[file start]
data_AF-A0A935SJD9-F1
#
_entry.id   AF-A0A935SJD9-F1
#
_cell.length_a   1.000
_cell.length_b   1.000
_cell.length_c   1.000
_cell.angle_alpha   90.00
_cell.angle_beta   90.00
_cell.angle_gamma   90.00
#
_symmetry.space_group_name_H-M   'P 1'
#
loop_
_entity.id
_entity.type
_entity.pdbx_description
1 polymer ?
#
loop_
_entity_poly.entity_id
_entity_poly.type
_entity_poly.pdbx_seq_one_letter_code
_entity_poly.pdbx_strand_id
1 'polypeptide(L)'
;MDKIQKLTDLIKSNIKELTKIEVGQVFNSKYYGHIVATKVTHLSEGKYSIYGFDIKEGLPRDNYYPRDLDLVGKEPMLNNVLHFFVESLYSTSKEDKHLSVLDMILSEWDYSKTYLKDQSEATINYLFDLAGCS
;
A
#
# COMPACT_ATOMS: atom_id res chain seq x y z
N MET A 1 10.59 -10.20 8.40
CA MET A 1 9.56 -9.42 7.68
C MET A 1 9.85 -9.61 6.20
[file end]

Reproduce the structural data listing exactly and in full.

data_AF-A0A935SJD9-F1
#
_entry.id   AF-A0A935SJD9-F1
#
_cell.length_a   1.000
_cell.length_b   1.000
_cell.length_c   1.000
_cell.angle_alpha   90.00
_cell.angle_beta   90.00
_cell.angle_gamma   90.00
#
_symmetry.space_group_name_H-M   'P 1'
#
loop_
_entity.id
_entity.type
_entity.pdbx_description
1 polymer ?
#
loop_
_entity_poly.entity_id
_entity_poly.type
_entity_poly.pdbx_seq_one_letter_code
_entity_poly.pdbx_strand_id
1 'polypeptide(L)'
;MDKIQKLTDLIKSNIKELTKIEVGQVFNSKYYGHIVATKVTHLSEGKYSIYGFDIKEGLPRDNYYPRDLDLVGKEPMLNNVLHFFVESLYSTSKEDKHLSVLDMILSEWDYSKTYLKDQSEATINYLFDLAGCS
;
A
#
# COMPACT_ATOMS: atom_id res chain seq x y z
N MET A 1 10.59 -10.20 8.40
CA MET A 1 9.56 -9.42 7.68
C MET A 1 9.85 -9.61 6.20